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8. Organizational Structure and Learning (John Joseph)

Updated: Aug 24, 2023

By John Joseph - UC Irvine

Prerecorded session

Live session


A central question in the literature is how does the organizational structure impact organizational learning and decision making (i.e., through what mechanisms)? Organizational structure was central to the foundational work (Simon, 1947; March and Simon, 1958), but only recently has organizational structure (and organization design more generally) re-entered the research agenda of BToF scholars. This session will examine this question and, using a focus on empirical work, attempt to unpack the features of formal organizational structure which can affect learning, search and adaptation.

Required readings

Joseph, J., & Gaba, V. (2020). Organizational structure, information processing, and decision-making: A retrospective and road map for research. Academy of Management Annals, 14(1), 267-302.

Joseph, J. Rhee, L. and Wilson, A. Corporate Hierarchy and Organizational Learning: Member Turnover, Code Change, and Innovation in the Multiunit Firm. Organization Science (cond’l accept)

Joseph, J. Klingebiel, R. and Wilson, A. 2016. Organizational Structure and Performance Feedback: Centralization, Aspirations and Termination Decisions, Organization Science, 27 (5): 1065–1083

Recommended readings

Simon, H. Administrative Behavior, 1997. The Free Press. New York, NY. especially: Chapter 1, pages 1-15, Commentary on Chapter V, pages 118-129, Commentary on Chapter VIII, pages 223-249 (recommended)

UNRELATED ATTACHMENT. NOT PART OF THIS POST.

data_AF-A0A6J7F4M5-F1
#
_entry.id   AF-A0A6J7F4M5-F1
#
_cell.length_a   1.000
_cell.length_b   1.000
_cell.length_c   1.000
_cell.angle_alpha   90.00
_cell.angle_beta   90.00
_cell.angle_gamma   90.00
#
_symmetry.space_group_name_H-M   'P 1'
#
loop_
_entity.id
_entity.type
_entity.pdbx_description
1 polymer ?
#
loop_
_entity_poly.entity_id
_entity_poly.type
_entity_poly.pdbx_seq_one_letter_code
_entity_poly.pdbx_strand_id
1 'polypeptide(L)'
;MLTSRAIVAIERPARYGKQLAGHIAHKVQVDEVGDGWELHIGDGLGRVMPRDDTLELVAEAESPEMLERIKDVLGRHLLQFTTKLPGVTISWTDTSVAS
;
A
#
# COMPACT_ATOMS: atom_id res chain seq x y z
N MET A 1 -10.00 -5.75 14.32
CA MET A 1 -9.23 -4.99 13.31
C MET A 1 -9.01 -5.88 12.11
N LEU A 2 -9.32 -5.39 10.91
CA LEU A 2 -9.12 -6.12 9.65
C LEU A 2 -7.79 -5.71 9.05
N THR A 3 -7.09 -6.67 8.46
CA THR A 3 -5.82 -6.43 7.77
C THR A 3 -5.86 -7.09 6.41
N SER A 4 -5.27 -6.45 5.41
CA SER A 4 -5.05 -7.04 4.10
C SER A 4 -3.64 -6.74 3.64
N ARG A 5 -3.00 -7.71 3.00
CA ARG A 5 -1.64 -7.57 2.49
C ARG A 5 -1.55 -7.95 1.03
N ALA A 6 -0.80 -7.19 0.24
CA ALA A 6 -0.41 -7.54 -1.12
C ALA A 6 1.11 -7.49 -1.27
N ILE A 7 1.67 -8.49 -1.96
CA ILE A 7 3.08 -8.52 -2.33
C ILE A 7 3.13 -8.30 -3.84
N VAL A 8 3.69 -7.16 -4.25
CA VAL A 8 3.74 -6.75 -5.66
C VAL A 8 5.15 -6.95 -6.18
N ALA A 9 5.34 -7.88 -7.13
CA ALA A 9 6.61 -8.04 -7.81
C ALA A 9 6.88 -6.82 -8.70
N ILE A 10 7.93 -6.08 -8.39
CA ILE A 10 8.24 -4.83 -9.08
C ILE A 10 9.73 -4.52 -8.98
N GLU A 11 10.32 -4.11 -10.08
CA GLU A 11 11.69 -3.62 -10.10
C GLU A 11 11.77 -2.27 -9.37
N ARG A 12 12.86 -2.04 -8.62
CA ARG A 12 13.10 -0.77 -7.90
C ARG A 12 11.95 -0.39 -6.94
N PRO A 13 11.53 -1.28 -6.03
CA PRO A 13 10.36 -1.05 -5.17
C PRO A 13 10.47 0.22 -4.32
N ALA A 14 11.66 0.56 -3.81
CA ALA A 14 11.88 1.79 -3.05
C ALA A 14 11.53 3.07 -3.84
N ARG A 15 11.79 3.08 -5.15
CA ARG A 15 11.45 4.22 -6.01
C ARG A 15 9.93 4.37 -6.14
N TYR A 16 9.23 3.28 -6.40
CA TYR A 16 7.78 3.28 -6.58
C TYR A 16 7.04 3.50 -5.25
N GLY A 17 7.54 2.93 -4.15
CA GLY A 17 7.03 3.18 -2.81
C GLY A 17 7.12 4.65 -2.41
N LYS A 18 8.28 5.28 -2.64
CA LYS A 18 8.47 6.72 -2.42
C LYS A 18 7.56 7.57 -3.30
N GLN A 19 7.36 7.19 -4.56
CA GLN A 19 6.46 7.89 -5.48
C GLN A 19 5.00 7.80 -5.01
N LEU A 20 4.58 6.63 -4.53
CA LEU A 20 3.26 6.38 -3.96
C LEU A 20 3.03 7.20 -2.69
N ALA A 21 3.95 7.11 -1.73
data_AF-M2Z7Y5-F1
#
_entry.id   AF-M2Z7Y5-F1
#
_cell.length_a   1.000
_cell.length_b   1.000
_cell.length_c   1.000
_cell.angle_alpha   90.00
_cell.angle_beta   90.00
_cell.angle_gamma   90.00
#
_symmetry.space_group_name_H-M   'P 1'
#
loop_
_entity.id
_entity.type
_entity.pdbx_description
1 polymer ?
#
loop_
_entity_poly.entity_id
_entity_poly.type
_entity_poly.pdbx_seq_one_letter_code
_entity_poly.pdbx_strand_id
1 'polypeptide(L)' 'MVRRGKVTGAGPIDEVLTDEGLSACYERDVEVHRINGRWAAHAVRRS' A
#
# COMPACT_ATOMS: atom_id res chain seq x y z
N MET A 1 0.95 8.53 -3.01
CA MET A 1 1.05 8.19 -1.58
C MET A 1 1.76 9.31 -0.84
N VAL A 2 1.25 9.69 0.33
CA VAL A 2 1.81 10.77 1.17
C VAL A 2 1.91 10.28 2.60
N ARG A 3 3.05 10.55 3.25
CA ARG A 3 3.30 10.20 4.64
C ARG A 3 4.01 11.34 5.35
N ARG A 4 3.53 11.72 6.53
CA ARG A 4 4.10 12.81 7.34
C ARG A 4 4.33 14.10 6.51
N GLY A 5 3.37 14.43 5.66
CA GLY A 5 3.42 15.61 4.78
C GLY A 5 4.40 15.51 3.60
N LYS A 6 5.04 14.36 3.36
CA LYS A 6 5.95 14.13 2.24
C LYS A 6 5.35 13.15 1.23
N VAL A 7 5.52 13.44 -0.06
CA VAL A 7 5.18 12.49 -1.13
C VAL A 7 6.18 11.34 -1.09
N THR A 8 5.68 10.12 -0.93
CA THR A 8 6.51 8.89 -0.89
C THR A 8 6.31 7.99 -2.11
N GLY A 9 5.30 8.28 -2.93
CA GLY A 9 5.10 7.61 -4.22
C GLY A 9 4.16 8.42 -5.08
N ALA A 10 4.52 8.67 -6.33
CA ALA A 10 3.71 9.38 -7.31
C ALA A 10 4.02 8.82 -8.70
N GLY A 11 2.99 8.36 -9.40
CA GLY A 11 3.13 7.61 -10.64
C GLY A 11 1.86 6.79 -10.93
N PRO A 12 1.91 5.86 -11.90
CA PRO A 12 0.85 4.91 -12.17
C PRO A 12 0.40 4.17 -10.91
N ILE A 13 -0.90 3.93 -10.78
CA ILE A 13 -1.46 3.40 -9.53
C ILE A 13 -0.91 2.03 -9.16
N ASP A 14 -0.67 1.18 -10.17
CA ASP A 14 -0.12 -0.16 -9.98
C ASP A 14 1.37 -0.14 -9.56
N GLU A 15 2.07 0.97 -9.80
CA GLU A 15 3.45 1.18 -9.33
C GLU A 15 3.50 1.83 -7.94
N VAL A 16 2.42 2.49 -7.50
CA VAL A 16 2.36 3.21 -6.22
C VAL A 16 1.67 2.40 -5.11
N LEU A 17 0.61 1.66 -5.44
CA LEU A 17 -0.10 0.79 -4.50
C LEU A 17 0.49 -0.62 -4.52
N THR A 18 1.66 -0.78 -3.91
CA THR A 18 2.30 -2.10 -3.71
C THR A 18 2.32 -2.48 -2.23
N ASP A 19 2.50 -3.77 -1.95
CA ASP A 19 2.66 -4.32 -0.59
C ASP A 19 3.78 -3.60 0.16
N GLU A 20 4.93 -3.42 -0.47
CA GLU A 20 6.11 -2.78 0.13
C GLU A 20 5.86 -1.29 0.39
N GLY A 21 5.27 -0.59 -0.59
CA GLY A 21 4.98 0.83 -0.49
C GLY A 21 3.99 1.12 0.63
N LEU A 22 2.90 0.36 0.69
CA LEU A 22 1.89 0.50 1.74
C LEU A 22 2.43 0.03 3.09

Joseph, J and Sengul, M. The Theory of Organization Design: The Foundations for Future Research, Working Paper (optional)

Discussion questions

  1. ​​How can we bridge the “aggregation” vs. “constraint” approaches of information processing in the context of organizational learning? What theories can we bring together? How can we do this empirically? What might we learn about learning in doing so?

  2. Studies have begun to recognize that learning varies across different hierarchical levels of the organization. However, we know little of how and why learning differs. What might be the source of this variation? What is the role of hierarchy and decomposability in learning and especially for top down (cognitive) and bottom up (experiential) search and adaptation?

  3. What are the best research designs for testing hypotheses featuring organizational structure? What can be done about problems of identification and validity in studies of structure and learning? How can we apply these insights to the study of flat organizations, online communities or other emergent structures?

Group members

Faculty advisors


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